Green Grass Grove can not take any responsibility for any adverse effects from the use of plants. Always seek advice from a professional before using a plant medicinally.

The straw has many uses, as a biomass for fuel etc, for thatching, as a mulch in the garden etc. A fibre obtained from the stems is used for making paper. The stems are harvested in late summer after the seed has been harvested, they are cut into usable pieces and soaked in clear water for 24-hours. They are then cooked for 2 hours in lye or soda ash and then beaten in a ball mill for 1Β½ hours in a ball mill. The fibres make a green-tan paper. The starch from the seed is used for laundering, sizing textiles etc.

What are the Health Benefits of Wheatgrass?

First, let us tell you about the benefits of wheatgrass. Wheatgrass is grown from the wheat seed (sometimes called wheat berries ). Did you know some research shows wheatgrass has been popularized as a health food as well as a medicinal supplement?Β  This β€œsuper-food” is packed with vitamins, minerals and much more!Β  In addition to using cut wheatgrass for your wheatgrass smoothies as we do in our delicious smoothie recipes, you can make wheatgrass juice or wheatgrass shots (usually 2-4 ounces) to use as well.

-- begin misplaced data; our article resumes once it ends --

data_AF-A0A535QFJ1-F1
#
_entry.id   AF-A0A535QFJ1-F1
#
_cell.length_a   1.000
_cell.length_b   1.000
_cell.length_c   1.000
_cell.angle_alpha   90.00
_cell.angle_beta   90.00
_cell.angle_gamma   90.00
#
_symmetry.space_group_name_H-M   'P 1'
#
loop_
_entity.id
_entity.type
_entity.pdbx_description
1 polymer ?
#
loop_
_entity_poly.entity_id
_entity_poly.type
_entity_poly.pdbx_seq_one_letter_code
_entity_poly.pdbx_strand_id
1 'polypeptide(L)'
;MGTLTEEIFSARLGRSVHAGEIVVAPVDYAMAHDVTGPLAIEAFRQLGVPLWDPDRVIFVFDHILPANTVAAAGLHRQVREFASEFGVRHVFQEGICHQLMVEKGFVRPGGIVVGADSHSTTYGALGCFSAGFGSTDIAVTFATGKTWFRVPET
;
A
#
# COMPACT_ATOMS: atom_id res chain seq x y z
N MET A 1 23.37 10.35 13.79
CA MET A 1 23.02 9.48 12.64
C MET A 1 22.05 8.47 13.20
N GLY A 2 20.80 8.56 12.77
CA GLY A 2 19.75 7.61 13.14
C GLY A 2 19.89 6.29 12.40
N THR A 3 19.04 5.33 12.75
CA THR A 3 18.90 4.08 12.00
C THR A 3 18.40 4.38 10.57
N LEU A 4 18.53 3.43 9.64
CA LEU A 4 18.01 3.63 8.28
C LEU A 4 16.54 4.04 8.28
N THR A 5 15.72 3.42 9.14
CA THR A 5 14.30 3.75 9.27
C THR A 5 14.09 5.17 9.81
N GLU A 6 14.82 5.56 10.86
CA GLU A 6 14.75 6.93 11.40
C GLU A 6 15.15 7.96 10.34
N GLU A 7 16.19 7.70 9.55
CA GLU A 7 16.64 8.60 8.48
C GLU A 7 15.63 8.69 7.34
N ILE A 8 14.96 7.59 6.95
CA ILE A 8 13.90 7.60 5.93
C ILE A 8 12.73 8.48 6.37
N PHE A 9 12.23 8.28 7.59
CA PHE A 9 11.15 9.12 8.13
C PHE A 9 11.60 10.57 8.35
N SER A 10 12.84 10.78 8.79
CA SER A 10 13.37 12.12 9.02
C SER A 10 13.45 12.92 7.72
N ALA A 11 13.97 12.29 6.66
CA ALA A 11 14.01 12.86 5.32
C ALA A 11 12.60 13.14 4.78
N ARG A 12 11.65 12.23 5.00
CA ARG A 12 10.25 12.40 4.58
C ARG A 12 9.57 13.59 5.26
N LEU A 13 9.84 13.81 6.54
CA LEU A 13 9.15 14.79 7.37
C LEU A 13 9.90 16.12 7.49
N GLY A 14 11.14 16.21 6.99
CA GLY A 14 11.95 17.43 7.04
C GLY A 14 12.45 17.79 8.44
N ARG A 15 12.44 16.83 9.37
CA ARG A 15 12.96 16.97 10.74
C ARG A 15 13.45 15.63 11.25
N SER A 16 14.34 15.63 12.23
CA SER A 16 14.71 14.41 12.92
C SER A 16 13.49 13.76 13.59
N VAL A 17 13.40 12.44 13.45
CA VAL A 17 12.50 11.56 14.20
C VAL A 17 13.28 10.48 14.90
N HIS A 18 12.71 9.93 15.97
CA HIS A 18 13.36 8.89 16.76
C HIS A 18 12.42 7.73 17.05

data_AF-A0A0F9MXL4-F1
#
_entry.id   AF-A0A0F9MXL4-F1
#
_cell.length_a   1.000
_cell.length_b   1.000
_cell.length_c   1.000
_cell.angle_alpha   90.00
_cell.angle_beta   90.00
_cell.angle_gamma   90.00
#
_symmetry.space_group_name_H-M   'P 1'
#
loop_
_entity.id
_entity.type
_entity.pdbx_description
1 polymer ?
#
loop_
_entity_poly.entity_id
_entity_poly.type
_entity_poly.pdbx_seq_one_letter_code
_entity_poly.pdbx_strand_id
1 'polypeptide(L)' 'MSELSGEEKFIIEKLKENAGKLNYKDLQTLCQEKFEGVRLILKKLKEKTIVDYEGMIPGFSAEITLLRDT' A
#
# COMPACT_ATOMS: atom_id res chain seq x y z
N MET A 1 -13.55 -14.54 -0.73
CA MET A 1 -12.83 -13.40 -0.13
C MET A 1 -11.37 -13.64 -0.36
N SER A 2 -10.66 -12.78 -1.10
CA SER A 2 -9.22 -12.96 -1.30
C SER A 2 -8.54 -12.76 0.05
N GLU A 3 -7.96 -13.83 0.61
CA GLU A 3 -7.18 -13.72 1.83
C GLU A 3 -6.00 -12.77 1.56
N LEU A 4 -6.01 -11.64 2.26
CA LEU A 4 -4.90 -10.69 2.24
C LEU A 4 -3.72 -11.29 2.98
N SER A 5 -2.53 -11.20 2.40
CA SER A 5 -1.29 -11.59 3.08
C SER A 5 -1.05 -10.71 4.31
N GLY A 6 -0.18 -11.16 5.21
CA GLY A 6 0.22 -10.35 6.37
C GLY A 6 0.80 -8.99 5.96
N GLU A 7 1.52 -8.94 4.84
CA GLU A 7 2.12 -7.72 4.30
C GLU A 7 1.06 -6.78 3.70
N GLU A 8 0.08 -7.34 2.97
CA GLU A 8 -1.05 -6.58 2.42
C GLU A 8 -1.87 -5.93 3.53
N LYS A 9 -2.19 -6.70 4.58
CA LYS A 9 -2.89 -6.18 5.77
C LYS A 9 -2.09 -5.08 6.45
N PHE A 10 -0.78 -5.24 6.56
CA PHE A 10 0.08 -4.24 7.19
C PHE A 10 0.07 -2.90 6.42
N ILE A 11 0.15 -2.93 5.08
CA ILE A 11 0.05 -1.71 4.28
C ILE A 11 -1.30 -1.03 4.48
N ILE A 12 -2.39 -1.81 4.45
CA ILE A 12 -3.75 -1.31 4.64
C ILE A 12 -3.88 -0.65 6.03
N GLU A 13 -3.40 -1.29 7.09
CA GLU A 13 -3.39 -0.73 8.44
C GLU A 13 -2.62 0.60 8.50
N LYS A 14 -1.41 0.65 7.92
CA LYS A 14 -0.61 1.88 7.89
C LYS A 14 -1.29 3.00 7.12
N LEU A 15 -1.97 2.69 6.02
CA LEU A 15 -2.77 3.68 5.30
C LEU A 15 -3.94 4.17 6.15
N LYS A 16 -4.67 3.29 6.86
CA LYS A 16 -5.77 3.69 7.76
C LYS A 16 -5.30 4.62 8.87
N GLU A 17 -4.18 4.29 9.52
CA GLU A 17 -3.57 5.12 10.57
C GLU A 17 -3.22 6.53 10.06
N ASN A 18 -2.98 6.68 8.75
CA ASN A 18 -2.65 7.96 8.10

Wheatgrass can also be used for decoration, cats, and chicken fodder… or you could always let it grow, and eventually, you can make your own bread!

Culture & Cultivation:

An easily grown plant, it prefers a sunny position in a rich well-drained soil. Wheat is widely cultivated in most parts of the world, but less so in Asia, for its edible seed. There are many named varieties. This is a hexaploid species. Grows well with maize and with camomile in small quantities. For polyculture design as well as the above-ground architecture (form – tree, shrub etc. and size shown above) information on the habit and root pattern is also useful and given here if available. The plant growth habit is a clumper with limited spread [1-2].